This Massive Model Of The Mississippi River Delta Could Help Restore The Fragile Ecosystem
The LSU Center for River Studies houses the Lower Mississippi River Physical Model, a 90-foot by 120-foot movable bed physical model, which is one of the largest of its kind in the world.
Louisiana has lost about 2,000 square miles of coastline in the last 80 years according to estimates — an area about the size of Delaware. Coastal erosion and seawater damage have a lot to do with it.
Scientists have built a massive model of the Mississippi River Delta to discover the best way to restore the fragile ecosystem. Here & Now's Mina Kim learns more about the efforts, and problems facing the delta, from Clint Willson (@clintwillson), director of the Center for River Studies at Louisiana State University.
On why Mississippi River Delta wetlands are being overtaken by salt water
"The biggest problem we have is that the river has been disconnected from a lot of the wetlands, and we made that decision as a nation 150 years ago, and then reinforced that to allow the ships and allow the industries along the river to grow. So we basically leveed the river in order to maintain the navigation and protect those communities. The result of that is that we've disconnected the river, and so the river's no longer delivering the water, the sediment, the nutrients back to the wetlands."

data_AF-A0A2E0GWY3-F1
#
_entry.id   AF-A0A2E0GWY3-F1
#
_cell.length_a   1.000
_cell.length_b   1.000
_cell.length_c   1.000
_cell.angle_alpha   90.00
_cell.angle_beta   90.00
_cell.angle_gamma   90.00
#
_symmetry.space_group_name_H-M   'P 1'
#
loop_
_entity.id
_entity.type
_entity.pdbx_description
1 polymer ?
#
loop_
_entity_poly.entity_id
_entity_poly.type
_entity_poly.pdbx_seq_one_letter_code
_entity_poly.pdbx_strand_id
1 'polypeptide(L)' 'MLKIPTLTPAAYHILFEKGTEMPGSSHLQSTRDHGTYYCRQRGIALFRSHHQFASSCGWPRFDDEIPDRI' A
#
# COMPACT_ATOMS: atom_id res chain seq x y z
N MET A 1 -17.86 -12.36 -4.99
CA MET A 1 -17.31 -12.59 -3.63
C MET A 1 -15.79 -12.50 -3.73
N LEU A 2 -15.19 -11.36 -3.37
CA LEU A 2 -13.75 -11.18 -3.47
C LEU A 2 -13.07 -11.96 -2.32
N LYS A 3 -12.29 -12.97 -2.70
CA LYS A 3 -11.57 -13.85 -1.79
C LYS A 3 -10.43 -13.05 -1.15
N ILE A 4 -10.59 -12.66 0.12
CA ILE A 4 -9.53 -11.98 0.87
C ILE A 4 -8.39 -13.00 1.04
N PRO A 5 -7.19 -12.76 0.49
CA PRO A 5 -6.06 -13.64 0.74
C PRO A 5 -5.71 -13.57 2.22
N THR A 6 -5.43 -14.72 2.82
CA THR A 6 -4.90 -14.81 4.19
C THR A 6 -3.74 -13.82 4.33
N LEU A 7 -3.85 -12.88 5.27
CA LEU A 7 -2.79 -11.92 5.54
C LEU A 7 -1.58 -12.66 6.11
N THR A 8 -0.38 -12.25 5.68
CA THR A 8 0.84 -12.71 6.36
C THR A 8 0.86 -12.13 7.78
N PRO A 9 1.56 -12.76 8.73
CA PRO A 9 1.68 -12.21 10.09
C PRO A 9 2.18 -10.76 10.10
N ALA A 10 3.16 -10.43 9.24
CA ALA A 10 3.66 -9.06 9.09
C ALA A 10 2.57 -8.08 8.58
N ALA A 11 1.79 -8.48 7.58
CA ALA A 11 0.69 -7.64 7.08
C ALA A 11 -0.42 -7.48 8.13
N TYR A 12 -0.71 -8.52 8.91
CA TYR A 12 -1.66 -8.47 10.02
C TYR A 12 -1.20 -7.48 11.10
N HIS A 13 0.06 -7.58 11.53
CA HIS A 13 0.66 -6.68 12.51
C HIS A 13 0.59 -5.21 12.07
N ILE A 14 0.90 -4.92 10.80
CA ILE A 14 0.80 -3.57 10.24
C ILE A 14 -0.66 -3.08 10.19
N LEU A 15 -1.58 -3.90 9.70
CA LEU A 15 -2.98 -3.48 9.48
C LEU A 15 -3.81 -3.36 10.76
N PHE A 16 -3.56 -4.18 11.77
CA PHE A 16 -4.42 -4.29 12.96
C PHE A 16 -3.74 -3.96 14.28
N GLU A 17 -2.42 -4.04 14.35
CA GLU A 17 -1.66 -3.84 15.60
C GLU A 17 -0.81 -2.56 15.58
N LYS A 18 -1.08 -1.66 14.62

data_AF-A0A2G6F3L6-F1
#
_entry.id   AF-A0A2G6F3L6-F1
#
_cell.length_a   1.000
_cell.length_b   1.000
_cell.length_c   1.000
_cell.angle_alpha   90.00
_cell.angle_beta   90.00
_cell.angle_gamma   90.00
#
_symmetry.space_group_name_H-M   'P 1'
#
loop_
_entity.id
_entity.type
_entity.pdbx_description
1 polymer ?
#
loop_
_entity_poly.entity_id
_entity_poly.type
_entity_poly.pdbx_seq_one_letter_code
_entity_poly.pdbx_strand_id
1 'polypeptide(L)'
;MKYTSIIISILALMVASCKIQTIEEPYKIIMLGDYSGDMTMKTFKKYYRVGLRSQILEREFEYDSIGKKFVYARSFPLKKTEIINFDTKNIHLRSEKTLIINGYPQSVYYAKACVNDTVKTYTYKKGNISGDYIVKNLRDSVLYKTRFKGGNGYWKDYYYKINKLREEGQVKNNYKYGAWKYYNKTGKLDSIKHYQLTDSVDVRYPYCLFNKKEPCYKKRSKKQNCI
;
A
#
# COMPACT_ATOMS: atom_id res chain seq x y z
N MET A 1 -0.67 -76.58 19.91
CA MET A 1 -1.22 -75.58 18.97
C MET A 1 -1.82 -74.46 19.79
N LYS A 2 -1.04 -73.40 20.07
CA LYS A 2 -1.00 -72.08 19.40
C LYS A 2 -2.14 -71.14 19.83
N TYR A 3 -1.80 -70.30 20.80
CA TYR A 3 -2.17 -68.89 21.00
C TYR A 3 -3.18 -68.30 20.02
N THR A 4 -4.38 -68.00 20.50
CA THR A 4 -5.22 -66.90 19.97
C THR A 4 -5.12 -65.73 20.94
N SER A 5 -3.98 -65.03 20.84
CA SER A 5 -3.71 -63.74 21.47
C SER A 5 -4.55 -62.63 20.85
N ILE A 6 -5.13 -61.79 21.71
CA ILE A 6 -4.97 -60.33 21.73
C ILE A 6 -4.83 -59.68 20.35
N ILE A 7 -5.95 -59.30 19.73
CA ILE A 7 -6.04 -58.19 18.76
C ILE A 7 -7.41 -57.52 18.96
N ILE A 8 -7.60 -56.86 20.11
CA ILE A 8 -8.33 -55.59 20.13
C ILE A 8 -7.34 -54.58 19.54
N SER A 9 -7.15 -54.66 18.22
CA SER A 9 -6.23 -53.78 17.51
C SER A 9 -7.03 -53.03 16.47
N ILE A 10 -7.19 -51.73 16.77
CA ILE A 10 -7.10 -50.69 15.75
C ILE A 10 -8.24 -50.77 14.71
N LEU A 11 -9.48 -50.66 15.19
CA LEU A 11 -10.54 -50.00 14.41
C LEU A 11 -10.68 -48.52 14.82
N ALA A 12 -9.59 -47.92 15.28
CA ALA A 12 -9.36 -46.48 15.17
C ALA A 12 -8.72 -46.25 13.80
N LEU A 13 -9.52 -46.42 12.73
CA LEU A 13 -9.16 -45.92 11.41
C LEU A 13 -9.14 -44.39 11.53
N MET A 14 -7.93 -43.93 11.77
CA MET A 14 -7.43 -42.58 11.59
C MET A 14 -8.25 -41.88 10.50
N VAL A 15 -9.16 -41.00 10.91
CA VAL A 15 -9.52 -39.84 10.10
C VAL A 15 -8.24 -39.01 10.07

On what kind of damage the seawater has caused
"The biggest problem, is that our coast is really a deltaic coast, so it relied upon the delivery of sediment over thousands of years. And when you disconnect that, you get [a] natural process like subsidence, saltwater intrusion and you get major wetland loss. The vegetation changes types, and then at some point dies off. And so, we've lost almost 2,000 square miles of wetlands, and that's projected to continue over the next 50 years."
On efforts to divert parts of the river and bring sediments back to these wetlands
"The state's Coastal Protection and Restoration Authority, the lead agency, developed a master plan for restoration and protection. One of the primary project types in their master plan are sediment diversions. The idea is to, in a controlled way, reintroduce the river, and its nutrients and its sediments, back into our wetlands."